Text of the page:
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PA House Democrats giving up on the funding formula?

By Paul Socolar on Jul 16, 2009 11:01 PM

Reports out of Harrisburg indicate that the long-stalled negotiations over the state budget are finally heating up, with a push to resolve the stalemate by early next week. The overdue budget means state workers won't get full paychecks Friday. It's an important time to be paying attention to these legislative developments, which could impact heavily on funding for Philadelphia schools, and to be communicating with local representatives.

Advocates for funding equity are alarmed that the newest budget proposal, which comes from Democrats in the House Appropriations Committee, chaired by State Rep. Dwight Evans, calls for a $118 million reduction in basic education funding compared to Gov. Rendell's proposed budget. 

"The Pennsylvania School Funding Campaign today urged lawmakers to appropriate the full $418 million increase needed to keep the state on schedule to implement its new school funding formula within six years," said a campaign release issued Wednesday. Philadelphia and other historically underfunded districts are in line for large annual aid increases under the state's adequacy formula endorsed by the legislature last summer.

A significant shortfall in basic education funding relative to that formula would hit Philadelphia and other needy districts harder than most and would force a scaling back of planned initiatives in Superintendent Ackerman's Imagine 2014 plan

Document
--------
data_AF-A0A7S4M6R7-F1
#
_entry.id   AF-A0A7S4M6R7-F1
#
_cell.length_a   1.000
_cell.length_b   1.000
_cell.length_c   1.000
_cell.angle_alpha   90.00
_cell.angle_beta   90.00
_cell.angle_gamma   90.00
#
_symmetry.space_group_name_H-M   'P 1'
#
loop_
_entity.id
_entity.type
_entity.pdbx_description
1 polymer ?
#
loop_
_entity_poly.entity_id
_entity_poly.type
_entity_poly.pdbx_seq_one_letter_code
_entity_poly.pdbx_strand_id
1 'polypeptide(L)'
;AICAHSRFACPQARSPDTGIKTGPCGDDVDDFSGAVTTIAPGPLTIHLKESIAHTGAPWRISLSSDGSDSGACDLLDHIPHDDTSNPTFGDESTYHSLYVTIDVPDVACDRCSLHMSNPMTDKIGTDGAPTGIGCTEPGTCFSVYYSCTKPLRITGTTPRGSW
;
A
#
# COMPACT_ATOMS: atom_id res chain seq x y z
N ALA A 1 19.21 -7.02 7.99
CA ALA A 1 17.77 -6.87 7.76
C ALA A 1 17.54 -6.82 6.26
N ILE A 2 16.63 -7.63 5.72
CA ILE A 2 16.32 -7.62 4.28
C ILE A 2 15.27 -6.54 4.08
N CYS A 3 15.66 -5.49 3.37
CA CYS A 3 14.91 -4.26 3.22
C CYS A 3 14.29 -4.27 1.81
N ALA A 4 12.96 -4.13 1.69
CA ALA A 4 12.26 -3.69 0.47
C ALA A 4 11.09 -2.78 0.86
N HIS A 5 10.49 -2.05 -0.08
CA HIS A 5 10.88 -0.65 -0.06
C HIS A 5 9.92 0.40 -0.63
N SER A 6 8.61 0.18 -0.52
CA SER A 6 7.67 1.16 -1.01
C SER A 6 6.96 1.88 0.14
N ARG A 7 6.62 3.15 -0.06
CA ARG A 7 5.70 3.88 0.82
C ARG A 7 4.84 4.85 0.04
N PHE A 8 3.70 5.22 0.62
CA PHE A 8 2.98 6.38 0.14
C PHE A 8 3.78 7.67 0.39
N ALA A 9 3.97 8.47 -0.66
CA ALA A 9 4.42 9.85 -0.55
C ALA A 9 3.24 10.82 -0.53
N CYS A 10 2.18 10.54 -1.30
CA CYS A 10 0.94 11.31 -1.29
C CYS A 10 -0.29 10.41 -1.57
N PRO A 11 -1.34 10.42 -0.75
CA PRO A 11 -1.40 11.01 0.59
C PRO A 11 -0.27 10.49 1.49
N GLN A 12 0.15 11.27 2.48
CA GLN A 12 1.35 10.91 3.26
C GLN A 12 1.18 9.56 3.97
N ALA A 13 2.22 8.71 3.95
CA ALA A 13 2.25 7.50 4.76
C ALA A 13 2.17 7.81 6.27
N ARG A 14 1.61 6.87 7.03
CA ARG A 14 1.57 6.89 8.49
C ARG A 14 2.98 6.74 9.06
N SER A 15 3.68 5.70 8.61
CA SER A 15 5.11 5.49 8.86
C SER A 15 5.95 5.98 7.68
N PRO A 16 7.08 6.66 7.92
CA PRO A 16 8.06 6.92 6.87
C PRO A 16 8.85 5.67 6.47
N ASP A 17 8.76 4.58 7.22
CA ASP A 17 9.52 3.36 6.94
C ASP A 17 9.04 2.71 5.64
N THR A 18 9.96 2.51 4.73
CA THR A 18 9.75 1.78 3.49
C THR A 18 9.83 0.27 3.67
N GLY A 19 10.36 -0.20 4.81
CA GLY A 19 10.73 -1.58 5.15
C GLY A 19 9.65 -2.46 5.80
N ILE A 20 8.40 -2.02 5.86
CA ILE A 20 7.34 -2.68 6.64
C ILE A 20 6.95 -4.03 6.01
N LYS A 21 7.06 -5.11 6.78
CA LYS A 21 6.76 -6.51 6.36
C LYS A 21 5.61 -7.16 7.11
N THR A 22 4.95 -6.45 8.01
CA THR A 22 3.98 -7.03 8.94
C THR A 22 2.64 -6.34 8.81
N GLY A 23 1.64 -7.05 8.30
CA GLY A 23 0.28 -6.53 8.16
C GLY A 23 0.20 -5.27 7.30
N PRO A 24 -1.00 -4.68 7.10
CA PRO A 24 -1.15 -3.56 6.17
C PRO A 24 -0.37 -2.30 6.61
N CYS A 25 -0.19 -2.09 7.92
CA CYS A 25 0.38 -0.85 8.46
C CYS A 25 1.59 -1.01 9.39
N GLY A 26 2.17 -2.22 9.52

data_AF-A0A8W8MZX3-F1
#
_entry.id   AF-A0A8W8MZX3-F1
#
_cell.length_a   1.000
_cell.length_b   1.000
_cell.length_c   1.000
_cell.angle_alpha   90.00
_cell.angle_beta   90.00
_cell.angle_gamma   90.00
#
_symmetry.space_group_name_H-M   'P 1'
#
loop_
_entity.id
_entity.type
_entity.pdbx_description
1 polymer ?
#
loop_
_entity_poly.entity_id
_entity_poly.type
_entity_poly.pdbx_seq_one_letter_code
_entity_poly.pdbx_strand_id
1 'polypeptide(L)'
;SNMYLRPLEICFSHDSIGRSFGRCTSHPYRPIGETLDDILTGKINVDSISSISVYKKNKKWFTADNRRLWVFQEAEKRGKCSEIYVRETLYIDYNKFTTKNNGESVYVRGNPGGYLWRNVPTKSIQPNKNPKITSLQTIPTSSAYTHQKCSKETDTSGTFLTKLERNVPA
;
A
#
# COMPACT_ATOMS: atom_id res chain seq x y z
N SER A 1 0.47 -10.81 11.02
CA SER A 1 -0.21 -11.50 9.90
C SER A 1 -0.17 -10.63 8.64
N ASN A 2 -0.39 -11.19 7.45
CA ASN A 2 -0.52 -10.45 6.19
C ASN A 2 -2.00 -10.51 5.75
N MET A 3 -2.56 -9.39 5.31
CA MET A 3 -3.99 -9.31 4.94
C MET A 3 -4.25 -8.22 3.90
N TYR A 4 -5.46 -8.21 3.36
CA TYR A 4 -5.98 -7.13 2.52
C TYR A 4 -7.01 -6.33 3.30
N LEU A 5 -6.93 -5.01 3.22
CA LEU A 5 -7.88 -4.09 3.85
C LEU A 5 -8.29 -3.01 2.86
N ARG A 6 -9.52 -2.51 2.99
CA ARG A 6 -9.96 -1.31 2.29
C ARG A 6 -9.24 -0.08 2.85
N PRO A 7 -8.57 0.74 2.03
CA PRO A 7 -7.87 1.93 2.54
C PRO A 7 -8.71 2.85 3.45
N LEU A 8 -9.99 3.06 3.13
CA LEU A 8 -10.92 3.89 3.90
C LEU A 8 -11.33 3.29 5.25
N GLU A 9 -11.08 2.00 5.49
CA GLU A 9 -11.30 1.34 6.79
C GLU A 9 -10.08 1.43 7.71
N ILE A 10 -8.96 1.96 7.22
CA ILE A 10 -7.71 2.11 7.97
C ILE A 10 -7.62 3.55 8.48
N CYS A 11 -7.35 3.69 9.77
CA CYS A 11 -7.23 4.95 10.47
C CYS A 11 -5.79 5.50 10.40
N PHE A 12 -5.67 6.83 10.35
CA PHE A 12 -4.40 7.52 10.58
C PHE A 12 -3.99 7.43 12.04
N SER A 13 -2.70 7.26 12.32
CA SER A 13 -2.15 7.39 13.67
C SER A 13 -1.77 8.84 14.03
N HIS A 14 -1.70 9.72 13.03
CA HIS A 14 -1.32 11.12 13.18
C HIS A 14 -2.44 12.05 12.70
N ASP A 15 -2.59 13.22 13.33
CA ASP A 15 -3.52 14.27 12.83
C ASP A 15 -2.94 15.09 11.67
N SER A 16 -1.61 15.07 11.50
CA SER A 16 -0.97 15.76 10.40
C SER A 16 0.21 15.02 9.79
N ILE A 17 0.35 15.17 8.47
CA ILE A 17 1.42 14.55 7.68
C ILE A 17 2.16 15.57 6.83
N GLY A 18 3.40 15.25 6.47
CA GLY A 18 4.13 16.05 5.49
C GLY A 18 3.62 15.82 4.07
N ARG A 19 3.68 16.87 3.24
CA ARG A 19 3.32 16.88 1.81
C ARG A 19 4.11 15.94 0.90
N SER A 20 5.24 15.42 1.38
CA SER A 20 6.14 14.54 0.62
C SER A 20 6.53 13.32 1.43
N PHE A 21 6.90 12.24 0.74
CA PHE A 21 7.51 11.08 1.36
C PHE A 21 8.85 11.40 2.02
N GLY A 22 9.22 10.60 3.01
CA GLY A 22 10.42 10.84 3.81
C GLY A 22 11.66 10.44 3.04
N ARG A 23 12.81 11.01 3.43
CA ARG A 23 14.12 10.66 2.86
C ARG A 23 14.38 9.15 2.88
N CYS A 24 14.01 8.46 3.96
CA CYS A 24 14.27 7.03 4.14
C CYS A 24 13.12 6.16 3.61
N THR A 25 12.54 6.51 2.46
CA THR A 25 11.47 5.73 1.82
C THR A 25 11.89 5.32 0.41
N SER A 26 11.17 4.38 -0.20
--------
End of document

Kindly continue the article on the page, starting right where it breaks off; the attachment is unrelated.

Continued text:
The House Democratic budget plan is by no means the stingiest of the proposals under consideration. In the face of a $3.2 billion deficit, Senate Republicans adopted a budget, Senate Bill 850, freezing basic education funding at current levels and using federal stimulus dollars to supplant and free up state funds. Gov. Rendell has called cuts in the Senate budget draconian and proposed a variety of tax increases to avoid such deep cuts. He has not won over the legislature to his proposal for a temporary 16% increase in the state income tax.

On a related front, a push by education advocates in Philadelphia and across the state is for Harrisburg to finally tackle the problem of inadequate funding for special education. House Bill 704 won bipartisan support in the House Education Committee, and there are hopes that these reforms will be adopted along with the state budget.

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Comments (2)

Submitted by Paul Socolar on July 17, 2009 3:29 pm

Here's what PCCY is saying today about the budget impasse:

Things in Harrisburg have gone from bad to worse. Without YOUR help Pennsylvania schools will be forced to cut programs, increase class size and lay-off teachers. Legislative action is expected this weekend!
Please call the SOUTHEAST PENNSYLVANIA SENATORS, (listed below)
in Chester, Delaware, Montgomery and Bucks Counties today and this weekend!

July 17, 2009